Colombia’s New Country

Sep 10

In some ways the history of Colombia as it is known today began in 1830 following the collapse of Gran Colombia, an event which saw Ecuador and Venezuela emerge as separate countries. Even after the split, it remains the only South American country with coastline on both the Pacific and Atlantic Oceans.


Drug Trade

In recent decades, there has been much instability throughout Colombia, especially from the insurgent group Revolutionary Armed Forces of Colombia (FARC), which is heavily funded by the drug trade. The country is considered to be the world’s largest cocaine producer. The fact that the population of United States of America is among the top consumers of illegal drugs in the world, many US dollars flow into the country every year. Some estimates put the figure in the multiple billions of dollars annually.

In spite of the extensive funding at the disposal of insurgent groups, they still lack the military and popular support necessary to take control of the country. As a result, violence has actually decreased over the last decade. While the decline in violence is a promising trend, there are still regions of the country under insurgent control, a problem that has been exacerbated by the demobilization of the United Self Defense Forces of Colombia (AUC) around 2006. In the resulting vacuum of power various insurgent groups came to fill some of the gaps. Continual instability within Colombia has led to tensions with its neighbors over concerns that the violence will spill over their borders.

In very recent years the Colombian government has escalated its efforts to restore government control throughout the country and within its own administrative departments.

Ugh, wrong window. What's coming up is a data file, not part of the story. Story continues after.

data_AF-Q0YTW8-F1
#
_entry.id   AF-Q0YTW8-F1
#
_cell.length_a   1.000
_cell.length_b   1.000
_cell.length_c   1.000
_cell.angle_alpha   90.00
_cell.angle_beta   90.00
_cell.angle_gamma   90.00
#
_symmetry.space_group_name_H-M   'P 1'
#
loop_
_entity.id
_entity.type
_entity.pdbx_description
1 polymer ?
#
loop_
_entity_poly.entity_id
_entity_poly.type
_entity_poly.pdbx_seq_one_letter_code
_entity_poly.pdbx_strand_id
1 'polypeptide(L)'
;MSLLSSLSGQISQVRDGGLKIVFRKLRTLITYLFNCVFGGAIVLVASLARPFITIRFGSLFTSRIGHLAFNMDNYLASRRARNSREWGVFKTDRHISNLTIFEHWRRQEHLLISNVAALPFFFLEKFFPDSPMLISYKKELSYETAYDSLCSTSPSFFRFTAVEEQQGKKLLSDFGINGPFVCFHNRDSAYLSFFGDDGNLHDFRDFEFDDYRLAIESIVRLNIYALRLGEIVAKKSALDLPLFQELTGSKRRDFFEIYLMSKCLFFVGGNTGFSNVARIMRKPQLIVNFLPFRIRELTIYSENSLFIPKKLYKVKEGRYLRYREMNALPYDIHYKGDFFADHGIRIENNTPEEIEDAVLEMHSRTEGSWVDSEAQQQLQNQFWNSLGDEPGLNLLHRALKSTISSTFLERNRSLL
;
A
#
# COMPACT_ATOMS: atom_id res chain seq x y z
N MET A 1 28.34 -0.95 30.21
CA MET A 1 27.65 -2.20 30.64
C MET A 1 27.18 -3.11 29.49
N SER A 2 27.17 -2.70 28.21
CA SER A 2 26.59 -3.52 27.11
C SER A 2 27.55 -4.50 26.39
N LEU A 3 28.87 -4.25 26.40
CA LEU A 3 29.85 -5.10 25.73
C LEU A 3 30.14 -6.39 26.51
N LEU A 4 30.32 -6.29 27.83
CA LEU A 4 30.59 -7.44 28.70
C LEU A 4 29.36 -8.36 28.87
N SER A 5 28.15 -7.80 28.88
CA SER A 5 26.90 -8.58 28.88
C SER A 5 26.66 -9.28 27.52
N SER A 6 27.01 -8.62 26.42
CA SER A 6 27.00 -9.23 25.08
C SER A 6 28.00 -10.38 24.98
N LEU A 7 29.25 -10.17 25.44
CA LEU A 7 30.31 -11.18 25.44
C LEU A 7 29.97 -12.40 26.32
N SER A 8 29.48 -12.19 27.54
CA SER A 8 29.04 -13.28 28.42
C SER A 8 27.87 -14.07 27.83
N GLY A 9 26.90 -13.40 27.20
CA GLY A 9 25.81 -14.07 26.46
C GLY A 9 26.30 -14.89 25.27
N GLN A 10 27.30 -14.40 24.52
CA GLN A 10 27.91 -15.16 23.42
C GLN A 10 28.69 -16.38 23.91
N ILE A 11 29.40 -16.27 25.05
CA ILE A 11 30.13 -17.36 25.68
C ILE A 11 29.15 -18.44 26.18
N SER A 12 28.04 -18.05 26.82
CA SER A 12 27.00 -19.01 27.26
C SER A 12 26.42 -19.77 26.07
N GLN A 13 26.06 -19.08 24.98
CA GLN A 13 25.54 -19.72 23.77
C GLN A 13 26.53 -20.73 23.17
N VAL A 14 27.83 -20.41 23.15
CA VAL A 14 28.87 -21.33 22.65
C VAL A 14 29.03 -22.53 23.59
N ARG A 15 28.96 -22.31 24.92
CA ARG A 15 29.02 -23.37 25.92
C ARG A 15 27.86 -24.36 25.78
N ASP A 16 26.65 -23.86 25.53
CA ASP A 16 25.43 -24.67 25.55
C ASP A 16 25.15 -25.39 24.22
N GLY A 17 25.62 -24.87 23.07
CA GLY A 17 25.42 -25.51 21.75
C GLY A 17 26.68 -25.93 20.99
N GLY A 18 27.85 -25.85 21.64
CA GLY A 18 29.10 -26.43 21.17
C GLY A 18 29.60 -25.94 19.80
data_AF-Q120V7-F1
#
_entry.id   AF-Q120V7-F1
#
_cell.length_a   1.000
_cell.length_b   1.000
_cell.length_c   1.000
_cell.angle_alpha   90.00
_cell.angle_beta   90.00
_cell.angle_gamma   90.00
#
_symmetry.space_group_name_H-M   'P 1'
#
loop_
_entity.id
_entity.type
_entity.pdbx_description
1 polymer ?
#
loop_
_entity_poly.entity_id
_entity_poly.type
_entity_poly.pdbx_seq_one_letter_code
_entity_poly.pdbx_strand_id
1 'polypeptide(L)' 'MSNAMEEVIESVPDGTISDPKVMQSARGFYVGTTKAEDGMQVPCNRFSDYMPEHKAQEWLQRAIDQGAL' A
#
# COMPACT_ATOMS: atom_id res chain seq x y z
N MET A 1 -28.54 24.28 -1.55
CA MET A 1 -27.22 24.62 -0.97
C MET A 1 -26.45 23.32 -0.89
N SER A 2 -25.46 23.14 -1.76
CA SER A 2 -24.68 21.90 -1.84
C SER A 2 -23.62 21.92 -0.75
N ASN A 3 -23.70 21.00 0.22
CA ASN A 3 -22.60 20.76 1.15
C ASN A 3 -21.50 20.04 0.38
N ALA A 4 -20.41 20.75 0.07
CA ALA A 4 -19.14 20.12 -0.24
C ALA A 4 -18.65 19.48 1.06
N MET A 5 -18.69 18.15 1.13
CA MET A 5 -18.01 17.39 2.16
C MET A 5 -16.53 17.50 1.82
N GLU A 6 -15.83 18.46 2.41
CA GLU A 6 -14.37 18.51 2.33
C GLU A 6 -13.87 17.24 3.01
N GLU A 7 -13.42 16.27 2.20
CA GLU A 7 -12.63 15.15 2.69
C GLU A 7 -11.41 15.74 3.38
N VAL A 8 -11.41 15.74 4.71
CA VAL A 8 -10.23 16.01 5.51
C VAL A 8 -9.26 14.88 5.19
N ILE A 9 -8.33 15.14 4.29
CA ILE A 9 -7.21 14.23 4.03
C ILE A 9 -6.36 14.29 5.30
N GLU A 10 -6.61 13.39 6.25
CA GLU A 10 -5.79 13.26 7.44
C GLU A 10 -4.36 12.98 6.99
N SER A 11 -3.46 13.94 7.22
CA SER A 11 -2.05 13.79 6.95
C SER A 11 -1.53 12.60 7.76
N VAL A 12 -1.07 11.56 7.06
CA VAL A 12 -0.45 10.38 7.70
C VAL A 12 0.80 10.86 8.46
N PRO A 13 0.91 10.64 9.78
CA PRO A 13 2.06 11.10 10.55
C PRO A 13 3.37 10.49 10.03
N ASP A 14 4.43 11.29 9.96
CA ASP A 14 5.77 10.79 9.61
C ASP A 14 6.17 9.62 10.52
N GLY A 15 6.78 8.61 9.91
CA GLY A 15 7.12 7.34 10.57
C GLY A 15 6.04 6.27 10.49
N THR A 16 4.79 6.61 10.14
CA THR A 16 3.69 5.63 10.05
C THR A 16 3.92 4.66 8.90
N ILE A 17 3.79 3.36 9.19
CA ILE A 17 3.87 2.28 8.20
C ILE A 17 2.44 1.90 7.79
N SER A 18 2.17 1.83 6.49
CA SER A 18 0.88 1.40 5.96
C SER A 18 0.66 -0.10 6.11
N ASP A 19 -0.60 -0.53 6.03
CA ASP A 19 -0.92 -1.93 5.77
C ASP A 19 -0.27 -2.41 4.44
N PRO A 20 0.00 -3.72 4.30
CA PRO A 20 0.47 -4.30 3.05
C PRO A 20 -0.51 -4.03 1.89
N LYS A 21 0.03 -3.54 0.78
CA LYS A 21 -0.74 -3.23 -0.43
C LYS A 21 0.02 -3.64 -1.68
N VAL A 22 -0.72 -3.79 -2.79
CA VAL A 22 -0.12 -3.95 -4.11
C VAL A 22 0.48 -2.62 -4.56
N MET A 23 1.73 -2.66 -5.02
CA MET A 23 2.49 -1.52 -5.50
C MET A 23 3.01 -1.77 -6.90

A Peaceful Colombia

Regional interests in peace and Colombian government efforts toward better control have encountered continual resistance. US consumption of illegal drugs and the enormous flow of US dollars to the insurgent groups who are responsible for the drug trade present a multifaceted problem. Money flowing into the country is not benefiting the economy of Colombia directly. Instead it is benefiting a very few who participate in the insurgent activities or provide services and products to them. The insurgents have more purchasing power on the global stage due to the position of the US dollar globally. This gives the insurgents access to a significant level of resources, including weapons and leverage among regional leaders.

On the other hand, cash flow has not been enough to win the popular vote or overtly influence the military, although there have been some former paramilitaries who have joined forces with the insurgent groups. This popular opinion and national loyalty have preserved order and enabled the government to make some gains in terms of control and stability.

Clearly there is an opposition to the drug trade and efforts to eliminate it. However, until there is a shift in the US trends related to illegal drug use, there is likely to be continual, well-funded opposition to defeating the insurgent groups.

It seems that those hoping for a new Colombia might do well to hope for a new USA to make it possible.

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